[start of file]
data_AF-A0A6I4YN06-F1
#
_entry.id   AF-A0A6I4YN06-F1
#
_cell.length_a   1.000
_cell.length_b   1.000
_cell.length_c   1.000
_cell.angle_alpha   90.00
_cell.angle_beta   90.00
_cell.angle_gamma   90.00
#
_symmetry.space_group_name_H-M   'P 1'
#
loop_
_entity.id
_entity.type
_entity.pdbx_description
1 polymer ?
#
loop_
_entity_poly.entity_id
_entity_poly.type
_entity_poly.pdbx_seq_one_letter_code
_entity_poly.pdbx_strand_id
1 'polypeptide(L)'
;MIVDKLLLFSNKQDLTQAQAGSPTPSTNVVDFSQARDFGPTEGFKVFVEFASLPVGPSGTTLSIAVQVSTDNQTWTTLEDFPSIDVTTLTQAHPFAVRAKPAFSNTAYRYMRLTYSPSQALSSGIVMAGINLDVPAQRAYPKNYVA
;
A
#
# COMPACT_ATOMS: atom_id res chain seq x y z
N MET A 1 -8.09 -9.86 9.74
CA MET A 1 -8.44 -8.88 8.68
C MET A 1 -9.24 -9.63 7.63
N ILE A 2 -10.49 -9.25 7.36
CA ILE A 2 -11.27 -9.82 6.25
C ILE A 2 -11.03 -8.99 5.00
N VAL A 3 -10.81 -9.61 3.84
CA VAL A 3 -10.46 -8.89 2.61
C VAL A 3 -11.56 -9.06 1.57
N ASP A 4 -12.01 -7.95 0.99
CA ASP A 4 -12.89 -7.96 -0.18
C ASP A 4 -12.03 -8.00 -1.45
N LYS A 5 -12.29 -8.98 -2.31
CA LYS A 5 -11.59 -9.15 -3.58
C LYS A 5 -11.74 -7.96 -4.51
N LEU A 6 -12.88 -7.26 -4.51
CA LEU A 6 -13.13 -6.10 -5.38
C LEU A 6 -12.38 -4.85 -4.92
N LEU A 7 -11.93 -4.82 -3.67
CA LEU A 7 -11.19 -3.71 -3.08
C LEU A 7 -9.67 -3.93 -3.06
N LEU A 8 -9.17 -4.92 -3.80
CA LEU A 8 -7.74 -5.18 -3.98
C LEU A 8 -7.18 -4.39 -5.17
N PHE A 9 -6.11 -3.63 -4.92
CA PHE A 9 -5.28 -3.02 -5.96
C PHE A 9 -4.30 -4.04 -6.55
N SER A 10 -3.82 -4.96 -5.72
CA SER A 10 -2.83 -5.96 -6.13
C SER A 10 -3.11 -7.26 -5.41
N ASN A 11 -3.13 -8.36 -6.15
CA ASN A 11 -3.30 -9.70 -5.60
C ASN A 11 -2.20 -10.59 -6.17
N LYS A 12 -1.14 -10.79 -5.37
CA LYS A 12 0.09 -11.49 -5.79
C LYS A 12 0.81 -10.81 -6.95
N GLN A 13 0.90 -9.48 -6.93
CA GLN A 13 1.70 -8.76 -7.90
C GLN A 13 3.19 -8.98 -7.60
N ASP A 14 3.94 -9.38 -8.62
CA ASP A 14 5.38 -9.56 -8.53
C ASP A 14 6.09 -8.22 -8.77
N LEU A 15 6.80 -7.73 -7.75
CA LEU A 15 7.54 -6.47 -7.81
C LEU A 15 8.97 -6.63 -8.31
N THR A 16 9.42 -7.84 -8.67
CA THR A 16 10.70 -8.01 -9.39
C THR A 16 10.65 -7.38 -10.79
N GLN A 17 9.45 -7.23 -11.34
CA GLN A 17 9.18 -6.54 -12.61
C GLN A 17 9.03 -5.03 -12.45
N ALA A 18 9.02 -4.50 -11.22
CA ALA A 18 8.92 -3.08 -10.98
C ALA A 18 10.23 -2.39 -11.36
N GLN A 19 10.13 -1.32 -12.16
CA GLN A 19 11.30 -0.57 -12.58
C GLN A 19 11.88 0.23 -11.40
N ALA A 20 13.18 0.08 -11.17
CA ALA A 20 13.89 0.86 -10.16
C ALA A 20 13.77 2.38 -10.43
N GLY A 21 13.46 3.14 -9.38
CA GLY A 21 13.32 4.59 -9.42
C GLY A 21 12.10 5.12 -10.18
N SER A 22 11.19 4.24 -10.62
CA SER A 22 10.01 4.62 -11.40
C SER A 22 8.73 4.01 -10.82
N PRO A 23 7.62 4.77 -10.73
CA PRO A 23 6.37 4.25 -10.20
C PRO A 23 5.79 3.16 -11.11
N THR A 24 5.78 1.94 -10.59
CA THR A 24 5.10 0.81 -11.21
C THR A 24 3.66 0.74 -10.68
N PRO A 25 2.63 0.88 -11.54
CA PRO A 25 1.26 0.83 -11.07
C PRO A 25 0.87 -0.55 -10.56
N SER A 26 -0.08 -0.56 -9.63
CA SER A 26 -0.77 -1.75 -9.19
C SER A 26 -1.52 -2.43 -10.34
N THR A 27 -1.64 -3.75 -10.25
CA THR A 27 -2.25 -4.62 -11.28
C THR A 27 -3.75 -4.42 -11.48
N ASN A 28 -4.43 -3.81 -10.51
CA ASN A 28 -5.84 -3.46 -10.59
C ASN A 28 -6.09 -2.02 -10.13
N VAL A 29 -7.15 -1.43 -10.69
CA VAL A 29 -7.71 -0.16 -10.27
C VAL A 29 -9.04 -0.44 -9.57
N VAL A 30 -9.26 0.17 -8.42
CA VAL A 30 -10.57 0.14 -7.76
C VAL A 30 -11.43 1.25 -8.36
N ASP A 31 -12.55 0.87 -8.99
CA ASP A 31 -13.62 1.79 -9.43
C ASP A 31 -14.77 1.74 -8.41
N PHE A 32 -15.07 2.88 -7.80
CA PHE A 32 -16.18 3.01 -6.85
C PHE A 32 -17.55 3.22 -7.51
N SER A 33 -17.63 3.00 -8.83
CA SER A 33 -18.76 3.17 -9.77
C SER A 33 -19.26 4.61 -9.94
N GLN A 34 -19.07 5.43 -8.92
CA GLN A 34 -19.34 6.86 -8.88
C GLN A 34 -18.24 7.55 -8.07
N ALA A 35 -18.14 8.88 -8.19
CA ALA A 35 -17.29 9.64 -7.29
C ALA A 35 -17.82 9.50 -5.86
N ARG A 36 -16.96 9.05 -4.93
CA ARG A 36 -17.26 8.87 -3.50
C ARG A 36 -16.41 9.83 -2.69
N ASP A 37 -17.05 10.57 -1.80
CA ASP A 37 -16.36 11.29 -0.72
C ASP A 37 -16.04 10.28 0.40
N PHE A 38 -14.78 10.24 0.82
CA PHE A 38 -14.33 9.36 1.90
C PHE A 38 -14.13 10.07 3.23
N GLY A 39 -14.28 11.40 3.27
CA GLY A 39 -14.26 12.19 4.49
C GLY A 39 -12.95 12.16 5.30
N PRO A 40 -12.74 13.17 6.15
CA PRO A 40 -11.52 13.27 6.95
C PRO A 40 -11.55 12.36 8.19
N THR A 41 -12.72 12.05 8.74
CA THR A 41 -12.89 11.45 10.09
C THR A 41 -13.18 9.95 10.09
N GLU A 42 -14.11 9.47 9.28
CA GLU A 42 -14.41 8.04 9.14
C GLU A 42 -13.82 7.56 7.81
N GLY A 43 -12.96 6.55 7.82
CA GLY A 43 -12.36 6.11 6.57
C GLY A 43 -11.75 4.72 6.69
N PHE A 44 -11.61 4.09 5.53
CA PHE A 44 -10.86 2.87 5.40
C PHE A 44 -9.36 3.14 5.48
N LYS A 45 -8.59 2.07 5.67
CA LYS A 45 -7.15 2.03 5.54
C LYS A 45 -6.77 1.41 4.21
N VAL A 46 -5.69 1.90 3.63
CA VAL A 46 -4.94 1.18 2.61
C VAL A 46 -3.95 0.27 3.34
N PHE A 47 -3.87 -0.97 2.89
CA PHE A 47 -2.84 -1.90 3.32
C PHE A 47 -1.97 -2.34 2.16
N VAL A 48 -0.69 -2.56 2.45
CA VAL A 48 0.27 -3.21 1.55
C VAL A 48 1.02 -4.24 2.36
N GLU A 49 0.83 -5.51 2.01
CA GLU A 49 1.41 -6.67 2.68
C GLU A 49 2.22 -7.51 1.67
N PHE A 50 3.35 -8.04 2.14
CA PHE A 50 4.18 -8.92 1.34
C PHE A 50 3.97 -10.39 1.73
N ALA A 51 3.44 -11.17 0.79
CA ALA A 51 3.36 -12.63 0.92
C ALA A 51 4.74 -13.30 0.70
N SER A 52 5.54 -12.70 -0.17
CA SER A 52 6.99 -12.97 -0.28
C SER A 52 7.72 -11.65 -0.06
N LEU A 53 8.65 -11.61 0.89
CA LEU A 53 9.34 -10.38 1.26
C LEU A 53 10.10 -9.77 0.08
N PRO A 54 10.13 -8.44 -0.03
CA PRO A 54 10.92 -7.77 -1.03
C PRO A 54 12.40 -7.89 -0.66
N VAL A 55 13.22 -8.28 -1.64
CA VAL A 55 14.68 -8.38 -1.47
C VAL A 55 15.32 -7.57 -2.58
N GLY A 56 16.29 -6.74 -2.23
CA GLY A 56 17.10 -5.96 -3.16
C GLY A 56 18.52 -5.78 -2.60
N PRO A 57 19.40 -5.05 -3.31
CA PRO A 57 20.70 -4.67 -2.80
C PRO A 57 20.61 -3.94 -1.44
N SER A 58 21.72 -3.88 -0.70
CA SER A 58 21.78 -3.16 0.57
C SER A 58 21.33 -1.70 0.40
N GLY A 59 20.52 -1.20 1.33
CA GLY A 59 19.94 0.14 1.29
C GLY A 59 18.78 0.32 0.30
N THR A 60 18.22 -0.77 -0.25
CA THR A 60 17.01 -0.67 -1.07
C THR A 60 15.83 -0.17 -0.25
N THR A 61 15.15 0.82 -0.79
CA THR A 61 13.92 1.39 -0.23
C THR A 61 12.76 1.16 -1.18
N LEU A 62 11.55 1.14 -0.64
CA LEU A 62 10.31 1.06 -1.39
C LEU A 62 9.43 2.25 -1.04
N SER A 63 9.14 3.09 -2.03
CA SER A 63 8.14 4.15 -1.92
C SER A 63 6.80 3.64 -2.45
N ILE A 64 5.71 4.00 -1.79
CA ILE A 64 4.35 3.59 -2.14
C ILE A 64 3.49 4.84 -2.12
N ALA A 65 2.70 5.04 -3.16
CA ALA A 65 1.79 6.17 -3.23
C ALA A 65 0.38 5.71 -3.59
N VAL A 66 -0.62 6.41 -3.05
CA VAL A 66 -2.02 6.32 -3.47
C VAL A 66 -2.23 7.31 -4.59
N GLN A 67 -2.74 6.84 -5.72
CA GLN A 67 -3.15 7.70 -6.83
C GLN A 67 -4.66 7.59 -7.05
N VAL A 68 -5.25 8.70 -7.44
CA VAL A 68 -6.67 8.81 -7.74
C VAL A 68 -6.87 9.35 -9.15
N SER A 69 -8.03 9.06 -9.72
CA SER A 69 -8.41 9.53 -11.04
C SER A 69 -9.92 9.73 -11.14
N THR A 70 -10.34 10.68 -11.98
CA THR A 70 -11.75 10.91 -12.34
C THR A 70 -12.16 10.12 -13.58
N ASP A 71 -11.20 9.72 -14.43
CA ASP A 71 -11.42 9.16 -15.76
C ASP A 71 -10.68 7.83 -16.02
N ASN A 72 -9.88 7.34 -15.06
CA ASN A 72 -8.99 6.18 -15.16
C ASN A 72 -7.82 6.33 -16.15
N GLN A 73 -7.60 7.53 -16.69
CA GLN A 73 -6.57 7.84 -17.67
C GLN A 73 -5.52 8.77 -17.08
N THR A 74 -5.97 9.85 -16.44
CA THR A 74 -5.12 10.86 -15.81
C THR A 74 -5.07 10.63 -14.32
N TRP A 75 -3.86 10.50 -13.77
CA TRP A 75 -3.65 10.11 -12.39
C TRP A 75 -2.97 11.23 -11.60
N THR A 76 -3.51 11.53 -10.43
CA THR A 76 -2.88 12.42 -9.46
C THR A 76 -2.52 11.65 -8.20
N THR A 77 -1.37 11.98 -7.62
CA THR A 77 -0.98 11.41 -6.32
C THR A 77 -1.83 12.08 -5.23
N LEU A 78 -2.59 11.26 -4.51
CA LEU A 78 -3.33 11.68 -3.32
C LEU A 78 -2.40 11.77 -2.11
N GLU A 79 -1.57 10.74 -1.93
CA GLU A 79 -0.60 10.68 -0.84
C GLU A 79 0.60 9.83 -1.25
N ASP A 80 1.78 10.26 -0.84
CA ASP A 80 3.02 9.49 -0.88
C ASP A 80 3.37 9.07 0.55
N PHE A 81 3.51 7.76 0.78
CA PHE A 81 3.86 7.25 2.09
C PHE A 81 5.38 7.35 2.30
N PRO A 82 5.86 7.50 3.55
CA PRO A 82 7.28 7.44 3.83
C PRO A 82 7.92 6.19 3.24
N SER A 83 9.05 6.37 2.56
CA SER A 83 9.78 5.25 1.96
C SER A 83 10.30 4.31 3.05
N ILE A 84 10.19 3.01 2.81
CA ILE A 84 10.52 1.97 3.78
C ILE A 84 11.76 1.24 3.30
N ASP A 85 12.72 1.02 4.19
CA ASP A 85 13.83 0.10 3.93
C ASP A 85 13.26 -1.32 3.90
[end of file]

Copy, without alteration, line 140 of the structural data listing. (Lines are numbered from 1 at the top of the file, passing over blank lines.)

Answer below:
CA ASP A 37 -16.36 11.29 -0.72